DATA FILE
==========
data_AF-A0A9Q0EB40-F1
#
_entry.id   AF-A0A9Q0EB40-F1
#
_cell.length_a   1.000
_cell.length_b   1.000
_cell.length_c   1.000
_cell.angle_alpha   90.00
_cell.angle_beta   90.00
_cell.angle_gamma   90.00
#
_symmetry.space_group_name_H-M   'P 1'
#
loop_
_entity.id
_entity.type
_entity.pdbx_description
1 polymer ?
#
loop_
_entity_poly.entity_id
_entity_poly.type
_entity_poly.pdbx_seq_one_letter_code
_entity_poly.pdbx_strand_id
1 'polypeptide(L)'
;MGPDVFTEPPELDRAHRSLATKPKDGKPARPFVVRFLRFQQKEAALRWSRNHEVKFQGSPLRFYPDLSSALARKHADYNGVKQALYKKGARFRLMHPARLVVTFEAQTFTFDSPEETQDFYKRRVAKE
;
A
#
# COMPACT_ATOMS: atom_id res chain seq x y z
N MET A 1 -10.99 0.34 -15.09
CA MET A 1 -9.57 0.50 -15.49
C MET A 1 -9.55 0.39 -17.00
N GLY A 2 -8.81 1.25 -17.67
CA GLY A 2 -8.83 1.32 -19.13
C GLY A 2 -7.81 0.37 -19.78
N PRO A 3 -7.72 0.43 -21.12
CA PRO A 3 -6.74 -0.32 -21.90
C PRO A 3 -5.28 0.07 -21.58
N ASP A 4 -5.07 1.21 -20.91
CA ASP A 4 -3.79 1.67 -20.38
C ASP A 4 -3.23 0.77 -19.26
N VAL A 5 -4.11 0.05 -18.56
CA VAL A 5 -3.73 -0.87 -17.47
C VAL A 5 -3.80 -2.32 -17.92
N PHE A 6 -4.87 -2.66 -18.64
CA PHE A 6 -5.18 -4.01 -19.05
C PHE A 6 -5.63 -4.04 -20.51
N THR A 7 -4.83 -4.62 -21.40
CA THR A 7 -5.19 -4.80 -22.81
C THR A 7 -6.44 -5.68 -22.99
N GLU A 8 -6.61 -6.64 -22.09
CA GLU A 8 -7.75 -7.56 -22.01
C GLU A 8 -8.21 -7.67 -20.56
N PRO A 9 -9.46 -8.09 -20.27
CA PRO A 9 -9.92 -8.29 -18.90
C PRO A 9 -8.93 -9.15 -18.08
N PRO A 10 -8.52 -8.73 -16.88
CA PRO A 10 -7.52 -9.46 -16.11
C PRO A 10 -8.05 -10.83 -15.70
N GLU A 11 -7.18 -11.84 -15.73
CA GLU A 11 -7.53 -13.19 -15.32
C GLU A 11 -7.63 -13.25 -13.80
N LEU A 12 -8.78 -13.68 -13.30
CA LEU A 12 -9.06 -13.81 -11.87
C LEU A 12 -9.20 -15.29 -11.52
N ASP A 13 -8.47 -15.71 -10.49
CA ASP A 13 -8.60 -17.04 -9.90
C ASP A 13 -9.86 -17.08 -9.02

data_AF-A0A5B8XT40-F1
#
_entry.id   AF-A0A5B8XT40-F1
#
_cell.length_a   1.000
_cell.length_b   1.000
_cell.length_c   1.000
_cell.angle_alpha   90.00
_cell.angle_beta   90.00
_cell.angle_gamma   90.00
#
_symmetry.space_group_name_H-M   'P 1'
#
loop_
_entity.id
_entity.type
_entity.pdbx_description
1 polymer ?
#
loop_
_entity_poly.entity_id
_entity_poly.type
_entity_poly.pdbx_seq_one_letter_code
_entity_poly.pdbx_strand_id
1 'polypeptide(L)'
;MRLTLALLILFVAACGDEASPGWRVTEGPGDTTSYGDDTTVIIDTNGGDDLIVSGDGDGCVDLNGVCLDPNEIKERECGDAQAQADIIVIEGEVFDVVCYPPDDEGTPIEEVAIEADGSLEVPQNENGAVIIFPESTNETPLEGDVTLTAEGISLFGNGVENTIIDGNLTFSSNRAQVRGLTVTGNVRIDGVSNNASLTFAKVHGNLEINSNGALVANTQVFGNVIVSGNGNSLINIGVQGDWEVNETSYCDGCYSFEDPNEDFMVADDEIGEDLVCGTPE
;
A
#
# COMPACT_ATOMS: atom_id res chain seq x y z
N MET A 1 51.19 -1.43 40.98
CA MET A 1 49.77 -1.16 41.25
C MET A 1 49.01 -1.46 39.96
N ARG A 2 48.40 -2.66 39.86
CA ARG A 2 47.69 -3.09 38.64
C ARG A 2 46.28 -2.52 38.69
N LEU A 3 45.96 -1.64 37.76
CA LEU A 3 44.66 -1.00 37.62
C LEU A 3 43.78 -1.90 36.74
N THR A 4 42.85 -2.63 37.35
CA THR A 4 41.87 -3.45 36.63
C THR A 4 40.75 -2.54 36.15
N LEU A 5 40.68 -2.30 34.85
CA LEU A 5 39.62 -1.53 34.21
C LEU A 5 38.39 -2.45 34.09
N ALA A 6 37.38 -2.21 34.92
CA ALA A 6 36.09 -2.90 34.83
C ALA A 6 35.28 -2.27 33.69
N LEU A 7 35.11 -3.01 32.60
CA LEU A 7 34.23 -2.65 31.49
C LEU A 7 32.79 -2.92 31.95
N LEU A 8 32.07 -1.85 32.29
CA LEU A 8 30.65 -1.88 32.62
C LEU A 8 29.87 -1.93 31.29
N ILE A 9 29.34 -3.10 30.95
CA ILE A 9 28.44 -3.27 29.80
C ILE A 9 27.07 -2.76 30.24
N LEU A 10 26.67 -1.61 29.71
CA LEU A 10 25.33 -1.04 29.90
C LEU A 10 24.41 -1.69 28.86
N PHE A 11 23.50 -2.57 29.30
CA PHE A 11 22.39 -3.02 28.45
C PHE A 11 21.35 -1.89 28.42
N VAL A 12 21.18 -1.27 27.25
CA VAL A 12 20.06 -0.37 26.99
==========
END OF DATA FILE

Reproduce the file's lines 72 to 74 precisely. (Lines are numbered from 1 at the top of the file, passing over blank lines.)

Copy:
_entry.id   AF-A0A5B8XT40-F1
#
_cell.length_a   1.000